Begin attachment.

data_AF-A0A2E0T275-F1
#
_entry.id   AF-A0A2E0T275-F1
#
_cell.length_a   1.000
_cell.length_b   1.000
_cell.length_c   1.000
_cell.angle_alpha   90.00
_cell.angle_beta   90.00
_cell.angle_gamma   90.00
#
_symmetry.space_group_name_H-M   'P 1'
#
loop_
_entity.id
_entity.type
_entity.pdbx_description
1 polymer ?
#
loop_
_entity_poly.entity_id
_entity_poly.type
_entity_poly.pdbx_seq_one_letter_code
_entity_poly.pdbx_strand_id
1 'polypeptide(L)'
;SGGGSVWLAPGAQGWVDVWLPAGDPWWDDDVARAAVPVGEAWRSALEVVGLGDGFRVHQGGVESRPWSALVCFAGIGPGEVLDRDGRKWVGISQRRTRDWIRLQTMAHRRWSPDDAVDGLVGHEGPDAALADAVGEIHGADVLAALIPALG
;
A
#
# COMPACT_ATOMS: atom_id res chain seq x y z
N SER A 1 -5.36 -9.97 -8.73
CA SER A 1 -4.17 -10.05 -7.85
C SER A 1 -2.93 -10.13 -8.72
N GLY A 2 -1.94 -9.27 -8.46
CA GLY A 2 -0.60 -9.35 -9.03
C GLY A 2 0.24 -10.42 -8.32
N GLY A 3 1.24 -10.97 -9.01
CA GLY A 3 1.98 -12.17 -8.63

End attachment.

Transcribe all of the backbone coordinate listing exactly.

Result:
data_AF-A0A2E0T275-F1
#
_entry.id   AF-A0A2E0T275-F1
#
_cell.length_a   1.000
_cell.length_b   1.000
_cell.length_c   1.000
_cell.angle_alpha   90.00
_cell.angle_beta   90.00
_cell.angle_gamma   90.00
#
_symmetry.space_group_name_H-M   'P 1'
#
loop_
_entity.id
_entity.type
_entity.pdbx_description
1 polymer ?
#
loop_
_entity_poly.entity_id
_entity_poly.type
_entity_poly.pdbx_seq_one_letter_code
_entity_poly.pdbx_strand_id
1 'polypeptide(L)'
;SGGGSVWLAPGAQGWVDVWLPAGDPWWDDDVARAAVPVGEAWRSALEVVGLGDGFRVHQGGVESRPWSALVCFAGIGPGEVLDRDGRKWVGISQRRTRDWIRLQTMAHRRWSPDDAVDGLVGHEGPDAALADAVGEIHGADVLAALIPALG
;
A
#
# COMPACT_ATOMS: atom_id res chain seq x y z
N SER A 1 -5.36 -9.97 -8.73
CA SER A 1 -4.17 -10.05 -7.85
C SER A 1 -2.93 -10.13 -8.72
N GLY A 2 -1.94 -9.27 -8.46
CA GLY A 2 -0.60 -9.35 -9.03
C GLY A 2 0.24 -10.42 -8.32
N GLY A 3 1.24 -10.97 -9.01
CA GLY A 3 1.98 -12.17 -8.63